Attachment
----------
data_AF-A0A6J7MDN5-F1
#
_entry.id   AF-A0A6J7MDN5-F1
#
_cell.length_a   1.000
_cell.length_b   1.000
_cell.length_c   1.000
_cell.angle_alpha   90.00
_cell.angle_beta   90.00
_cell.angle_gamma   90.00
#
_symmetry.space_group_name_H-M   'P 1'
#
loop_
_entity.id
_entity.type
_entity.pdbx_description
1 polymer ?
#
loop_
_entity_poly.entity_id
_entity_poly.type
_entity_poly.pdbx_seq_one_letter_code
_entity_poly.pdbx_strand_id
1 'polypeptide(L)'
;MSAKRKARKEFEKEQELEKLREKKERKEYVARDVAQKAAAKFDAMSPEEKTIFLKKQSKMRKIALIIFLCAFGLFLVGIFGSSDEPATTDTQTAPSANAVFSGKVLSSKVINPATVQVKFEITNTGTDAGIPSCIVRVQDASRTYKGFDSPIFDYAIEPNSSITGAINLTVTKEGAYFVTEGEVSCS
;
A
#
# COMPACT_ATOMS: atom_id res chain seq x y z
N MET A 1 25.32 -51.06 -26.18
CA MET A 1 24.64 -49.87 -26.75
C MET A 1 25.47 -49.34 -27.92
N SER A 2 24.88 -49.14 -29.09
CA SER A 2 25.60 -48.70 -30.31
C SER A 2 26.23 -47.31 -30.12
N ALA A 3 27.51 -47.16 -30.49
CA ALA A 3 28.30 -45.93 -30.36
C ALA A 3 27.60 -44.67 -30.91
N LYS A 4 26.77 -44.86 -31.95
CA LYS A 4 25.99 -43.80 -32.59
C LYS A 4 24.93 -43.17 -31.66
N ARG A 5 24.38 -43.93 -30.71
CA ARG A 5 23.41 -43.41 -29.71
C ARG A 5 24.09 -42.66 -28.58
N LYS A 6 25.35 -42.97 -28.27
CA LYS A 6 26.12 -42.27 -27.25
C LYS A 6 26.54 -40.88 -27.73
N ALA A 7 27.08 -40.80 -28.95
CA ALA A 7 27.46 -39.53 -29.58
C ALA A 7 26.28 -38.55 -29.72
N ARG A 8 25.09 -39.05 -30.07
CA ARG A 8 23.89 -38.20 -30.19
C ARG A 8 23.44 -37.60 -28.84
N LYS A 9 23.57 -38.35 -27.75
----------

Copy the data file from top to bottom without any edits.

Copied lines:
data_AF-A0A6J7MDN5-F1
#
_entry.id   AF-A0A6J7MDN5-F1
#
_cell.length_a   1.000
_cell.length_b   1.000
_cell.length_c   1.000
_cell.angle_alpha   90.00
_cell.angle_beta   90.00
_cell.angle_gamma   90.00
#
_symmetry.space_group_name_H-M   'P 1'
#
loop_
_entity.id
_entity.type
_entity.pdbx_description
1 polymer ?
#
loop_
_entity_poly.entity_id
_entity_poly.type
_entity_poly.pdbx_seq_one_letter_code
_entity_poly.pdbx_strand_id
1 'polypeptide(L)'
;MSAKRKARKEFEKEQELEKLREKKERKEYVARDVAQKAAAKFDAMSPEEKTIFLKKQSKMRKIALIIFLCAFGLFLVGIFGSSDEPATTDTQTAPSANAVFSGKVLSSKVINPATVQVKFEITNTGTDAGIPSCIVRVQDASRTYKGFDSPIFDYAIEPNSSITGAINLTVTKEGAYFVTEGEVSCS
;
A
#
# COMPACT_ATOMS: atom_id res chain seq x y z
N MET A 1 25.32 -51.06 -26.18
CA MET A 1 24.64 -49.87 -26.75
C MET A 1 25.47 -49.34 -27.92
N SER A 2 24.88 -49.14 -29.09
CA SER A 2 25.60 -48.70 -30.31
C SER A 2 26.23 -47.31 -30.12
N ALA A 3 27.51 -47.16 -30.49
CA ALA A 3 28.30 -45.93 -30.36
C ALA A 3 27.60 -44.67 -30.91
N LYS A 4 26.77 -44.86 -31.95
CA LYS A 4 25.99 -43.80 -32.59
C LYS A 4 24.93 -43.17 -31.66
N ARG A 5 24.38 -43.93 -30.71
CA ARG A 5 23.41 -43.41 -29.71
C ARG A 5 24.09 -42.66 -28.58
N LYS A 6 25.35 -42.97 -28.27
CA LYS A 6 26.12 -42.27 -27.25
C LYS A 6 26.54 -40.88 -27.73
N ALA A 7 27.08 -40.80 -28.95
CA ALA A 7 27.46 -39.53 -29.58
C ALA A 7 26.28 -38.55 -29.72
N ARG A 8 25.09 -39.05 -30.07
CA ARG A 8 23.89 -38.20 -30.19
C ARG A 8 23.44 -37.60 -28.84
N LYS A 9 23.57 -38.35 -27.75